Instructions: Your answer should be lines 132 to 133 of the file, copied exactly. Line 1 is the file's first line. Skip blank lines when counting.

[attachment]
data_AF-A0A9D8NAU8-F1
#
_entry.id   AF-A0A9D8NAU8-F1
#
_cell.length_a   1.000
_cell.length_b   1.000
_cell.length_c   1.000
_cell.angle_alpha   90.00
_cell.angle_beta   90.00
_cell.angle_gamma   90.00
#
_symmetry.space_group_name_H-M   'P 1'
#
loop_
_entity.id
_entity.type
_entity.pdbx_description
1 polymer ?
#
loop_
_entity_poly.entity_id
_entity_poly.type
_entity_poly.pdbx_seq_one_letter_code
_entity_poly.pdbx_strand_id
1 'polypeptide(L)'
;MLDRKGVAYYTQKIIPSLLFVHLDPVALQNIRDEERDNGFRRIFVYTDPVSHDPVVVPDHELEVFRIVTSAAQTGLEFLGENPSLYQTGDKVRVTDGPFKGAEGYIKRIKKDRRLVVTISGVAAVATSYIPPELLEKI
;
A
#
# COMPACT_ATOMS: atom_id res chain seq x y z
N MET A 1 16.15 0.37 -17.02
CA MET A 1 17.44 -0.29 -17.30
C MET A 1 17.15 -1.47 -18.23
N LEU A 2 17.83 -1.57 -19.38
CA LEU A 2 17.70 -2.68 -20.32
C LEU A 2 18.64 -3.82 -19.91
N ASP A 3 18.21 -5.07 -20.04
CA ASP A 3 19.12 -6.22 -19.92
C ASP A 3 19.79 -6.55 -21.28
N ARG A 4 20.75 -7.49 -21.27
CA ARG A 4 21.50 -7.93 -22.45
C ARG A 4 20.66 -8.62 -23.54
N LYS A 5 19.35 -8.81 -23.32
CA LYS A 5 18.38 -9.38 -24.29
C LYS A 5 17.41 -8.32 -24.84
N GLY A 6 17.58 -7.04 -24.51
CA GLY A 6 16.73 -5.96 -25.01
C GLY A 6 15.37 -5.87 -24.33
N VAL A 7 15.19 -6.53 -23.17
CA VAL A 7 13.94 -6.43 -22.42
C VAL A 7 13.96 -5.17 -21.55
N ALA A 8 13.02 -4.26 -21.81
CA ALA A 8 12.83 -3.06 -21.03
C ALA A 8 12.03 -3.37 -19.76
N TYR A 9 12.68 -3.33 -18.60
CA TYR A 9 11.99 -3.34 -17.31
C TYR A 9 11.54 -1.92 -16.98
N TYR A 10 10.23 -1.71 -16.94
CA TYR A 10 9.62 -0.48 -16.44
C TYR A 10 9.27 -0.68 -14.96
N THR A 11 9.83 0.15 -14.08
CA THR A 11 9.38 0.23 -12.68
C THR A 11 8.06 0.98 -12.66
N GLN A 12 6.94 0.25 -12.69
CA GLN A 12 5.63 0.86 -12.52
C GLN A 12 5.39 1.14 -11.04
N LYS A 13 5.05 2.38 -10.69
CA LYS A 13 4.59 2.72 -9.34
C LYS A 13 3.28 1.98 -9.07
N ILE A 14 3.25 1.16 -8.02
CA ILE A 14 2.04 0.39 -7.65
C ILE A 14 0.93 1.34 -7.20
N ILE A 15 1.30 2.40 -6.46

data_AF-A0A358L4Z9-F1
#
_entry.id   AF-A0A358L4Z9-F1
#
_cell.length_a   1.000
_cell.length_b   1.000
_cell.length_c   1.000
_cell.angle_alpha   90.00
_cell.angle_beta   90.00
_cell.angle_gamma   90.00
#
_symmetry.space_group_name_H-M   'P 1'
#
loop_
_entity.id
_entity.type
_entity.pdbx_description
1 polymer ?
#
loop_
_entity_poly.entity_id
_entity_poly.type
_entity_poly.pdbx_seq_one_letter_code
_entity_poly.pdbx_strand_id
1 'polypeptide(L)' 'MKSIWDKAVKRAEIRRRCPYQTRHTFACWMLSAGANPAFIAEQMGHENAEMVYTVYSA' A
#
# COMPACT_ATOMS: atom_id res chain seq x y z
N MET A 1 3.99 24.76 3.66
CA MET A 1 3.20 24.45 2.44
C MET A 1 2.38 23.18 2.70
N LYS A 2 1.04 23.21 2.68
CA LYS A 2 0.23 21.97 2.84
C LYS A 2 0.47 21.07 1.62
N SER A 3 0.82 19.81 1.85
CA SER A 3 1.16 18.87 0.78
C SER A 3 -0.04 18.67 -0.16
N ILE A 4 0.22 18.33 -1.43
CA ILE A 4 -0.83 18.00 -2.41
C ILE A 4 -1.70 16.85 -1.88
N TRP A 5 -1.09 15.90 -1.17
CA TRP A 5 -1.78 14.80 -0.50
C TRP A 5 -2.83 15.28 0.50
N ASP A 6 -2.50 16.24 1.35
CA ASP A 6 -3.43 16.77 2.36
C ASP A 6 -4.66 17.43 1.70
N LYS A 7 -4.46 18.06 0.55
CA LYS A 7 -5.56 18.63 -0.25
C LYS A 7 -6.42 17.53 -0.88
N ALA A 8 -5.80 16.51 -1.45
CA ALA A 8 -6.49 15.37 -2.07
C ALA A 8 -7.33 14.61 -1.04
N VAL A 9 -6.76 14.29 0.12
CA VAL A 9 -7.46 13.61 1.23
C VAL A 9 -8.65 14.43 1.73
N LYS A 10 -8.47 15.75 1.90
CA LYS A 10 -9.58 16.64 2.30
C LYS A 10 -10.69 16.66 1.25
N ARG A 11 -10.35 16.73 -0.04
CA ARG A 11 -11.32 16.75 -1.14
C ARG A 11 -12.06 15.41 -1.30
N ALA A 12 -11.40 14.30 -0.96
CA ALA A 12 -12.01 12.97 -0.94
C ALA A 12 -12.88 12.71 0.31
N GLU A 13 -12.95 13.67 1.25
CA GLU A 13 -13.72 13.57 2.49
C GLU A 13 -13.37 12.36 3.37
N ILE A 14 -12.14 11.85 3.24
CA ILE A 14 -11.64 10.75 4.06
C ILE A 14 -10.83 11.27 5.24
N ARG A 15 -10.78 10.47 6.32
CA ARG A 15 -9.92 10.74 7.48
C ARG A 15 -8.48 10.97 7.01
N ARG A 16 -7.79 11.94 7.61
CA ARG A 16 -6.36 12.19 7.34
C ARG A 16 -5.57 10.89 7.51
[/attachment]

CA ARG A 11 -11.32 16.75 -1.14
C ARG A 11 -12.06 15.41 -1.30